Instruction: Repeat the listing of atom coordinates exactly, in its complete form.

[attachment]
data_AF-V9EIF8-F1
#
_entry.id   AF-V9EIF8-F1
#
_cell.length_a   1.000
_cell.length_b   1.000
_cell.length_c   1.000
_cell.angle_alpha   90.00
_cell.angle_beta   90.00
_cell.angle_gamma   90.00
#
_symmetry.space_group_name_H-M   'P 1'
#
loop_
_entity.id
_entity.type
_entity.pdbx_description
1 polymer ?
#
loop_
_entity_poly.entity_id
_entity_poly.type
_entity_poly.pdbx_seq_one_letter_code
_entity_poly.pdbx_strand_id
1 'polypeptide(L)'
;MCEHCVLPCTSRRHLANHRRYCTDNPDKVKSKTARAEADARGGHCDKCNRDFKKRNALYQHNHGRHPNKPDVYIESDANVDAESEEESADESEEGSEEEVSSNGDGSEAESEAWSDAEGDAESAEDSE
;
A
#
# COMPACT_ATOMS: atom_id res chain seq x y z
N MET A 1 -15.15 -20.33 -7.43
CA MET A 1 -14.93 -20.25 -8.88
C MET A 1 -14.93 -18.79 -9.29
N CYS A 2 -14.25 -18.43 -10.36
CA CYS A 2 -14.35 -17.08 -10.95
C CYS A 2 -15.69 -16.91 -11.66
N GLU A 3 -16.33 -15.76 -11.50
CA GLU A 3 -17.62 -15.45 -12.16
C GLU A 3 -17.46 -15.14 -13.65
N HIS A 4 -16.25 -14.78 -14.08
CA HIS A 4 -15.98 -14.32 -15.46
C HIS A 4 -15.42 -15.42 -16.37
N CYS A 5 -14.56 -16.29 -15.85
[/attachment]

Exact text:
data_AF-V9EIF8-F1
#
_entry.id   AF-V9EIF8-F1
#
_cell.length_a   1.000
_cell.length_b   1.000
_cell.length_c   1.000
_cell.angle_alpha   90.00
_cell.angle_beta   90.00
_cell.angle_gamma   90.00
#
_symmetry.space_group_name_H-M   'P 1'
#
loop_
_entity.id
_entity.type
_entity.pdbx_description
1 polymer ?
#
loop_
_entity_poly.entity_id
_entity_poly.type
_entity_poly.pdbx_seq_one_letter_code
_entity_poly.pdbx_strand_id
1 'polypeptide(L)'
;MCEHCVLPCTSRRHLANHRRYCTDNPDKVKSKTARAEADARGGHCDKCNRDFKKRNALYQHNHGRHPNKPDVYIESDANVDAESEEESADESEEGSEEEVSSNGDGSEAESEAWSDAEGDAESAEDSE
;
A
#
# COMPACT_ATOMS: atom_id res chain seq x y z
N MET A 1 -15.15 -20.33 -7.43
CA MET A 1 -14.93 -20.25 -8.88
C MET A 1 -14.93 -18.79 -9.29
N CYS A 2 -14.25 -18.43 -10.36
CA CYS A 2 -14.35 -17.08 -10.95
C CYS A 2 -15.69 -16.91 -11.66
N GLU A 3 -16.33 -15.76 -11.50
CA GLU A 3 -17.62 -15.45 -12.16
C GLU A 3 -17.46 -15.14 -13.65
N HIS A 4 -16.25 -14.78 -14.08
CA HIS A 4 -15.98 -14.32 -15.46
C HIS A 4 -15.42 -15.42 -16.37
N CYS A 5 -14.56 -16.29 -15.85